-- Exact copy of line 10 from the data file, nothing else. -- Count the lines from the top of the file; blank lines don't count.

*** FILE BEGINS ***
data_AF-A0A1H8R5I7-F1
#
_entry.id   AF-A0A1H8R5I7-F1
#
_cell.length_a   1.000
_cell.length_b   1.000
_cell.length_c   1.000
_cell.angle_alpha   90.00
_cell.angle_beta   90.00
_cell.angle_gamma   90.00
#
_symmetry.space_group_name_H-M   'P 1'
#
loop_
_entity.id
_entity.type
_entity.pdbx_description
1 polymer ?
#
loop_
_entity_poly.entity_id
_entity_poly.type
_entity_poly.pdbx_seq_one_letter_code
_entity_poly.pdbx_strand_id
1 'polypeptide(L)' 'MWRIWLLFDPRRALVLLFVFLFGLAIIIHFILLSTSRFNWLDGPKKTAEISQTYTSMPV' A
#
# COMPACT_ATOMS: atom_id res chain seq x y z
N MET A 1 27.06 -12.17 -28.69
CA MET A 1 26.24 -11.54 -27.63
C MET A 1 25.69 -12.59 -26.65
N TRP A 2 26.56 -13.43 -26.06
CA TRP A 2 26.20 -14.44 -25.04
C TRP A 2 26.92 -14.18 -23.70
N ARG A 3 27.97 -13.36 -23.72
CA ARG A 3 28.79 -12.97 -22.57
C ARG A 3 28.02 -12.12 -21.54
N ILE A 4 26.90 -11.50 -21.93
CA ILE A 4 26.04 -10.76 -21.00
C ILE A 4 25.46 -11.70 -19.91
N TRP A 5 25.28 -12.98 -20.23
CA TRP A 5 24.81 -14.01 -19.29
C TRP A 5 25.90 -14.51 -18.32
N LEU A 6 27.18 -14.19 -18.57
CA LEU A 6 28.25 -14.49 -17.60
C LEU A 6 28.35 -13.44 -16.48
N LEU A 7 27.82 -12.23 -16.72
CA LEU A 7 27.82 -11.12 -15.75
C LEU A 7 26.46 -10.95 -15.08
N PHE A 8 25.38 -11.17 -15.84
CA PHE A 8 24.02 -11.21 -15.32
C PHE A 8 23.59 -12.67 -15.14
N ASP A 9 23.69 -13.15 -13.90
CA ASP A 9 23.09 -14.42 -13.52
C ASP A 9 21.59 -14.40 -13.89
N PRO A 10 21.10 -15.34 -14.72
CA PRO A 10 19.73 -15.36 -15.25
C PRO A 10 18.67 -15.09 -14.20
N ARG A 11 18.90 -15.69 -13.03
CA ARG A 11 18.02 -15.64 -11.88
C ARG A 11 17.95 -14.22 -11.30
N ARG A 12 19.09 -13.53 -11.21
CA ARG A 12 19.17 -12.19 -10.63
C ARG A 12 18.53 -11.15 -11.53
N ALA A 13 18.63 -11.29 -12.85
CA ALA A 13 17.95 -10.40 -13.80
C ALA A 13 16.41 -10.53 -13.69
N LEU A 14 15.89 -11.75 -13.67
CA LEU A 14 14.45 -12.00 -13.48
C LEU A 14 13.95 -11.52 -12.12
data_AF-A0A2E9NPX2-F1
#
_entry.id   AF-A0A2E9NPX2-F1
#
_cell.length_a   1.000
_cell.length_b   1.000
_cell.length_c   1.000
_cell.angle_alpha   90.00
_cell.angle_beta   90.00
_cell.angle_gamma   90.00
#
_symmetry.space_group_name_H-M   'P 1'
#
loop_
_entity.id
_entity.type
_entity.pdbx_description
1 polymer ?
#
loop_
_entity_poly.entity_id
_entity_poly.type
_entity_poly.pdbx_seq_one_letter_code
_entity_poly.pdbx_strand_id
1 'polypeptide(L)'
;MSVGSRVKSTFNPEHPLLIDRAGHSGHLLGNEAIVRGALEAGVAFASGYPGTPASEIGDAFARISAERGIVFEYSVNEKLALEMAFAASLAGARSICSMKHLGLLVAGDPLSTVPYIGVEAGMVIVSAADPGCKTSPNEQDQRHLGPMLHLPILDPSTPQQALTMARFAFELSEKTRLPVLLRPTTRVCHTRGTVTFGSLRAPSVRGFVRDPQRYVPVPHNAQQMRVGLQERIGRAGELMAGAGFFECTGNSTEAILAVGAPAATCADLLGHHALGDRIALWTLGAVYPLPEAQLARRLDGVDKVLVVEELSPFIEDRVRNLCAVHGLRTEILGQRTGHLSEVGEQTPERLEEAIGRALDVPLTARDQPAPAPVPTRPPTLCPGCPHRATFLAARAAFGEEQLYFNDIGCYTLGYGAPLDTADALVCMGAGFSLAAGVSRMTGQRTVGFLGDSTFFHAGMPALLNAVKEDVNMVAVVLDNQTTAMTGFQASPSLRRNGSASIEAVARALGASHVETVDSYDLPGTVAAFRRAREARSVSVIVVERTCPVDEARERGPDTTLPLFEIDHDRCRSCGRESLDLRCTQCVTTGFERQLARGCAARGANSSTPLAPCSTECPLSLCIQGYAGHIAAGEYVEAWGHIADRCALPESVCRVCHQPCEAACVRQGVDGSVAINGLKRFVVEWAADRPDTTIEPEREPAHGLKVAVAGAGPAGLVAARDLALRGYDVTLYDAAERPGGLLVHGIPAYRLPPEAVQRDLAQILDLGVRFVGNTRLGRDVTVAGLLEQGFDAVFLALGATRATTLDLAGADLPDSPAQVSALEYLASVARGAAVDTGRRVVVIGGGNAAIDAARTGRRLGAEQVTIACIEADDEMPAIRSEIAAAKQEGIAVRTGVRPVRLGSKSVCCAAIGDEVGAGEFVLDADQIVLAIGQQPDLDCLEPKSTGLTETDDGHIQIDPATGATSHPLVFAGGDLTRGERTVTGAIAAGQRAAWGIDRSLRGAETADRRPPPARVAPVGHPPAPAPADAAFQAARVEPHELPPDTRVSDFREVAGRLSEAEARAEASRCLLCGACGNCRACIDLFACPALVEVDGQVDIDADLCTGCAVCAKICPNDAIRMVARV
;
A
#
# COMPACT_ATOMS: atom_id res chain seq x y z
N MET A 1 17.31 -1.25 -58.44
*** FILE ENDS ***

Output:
_cell.angle_gamma   90.00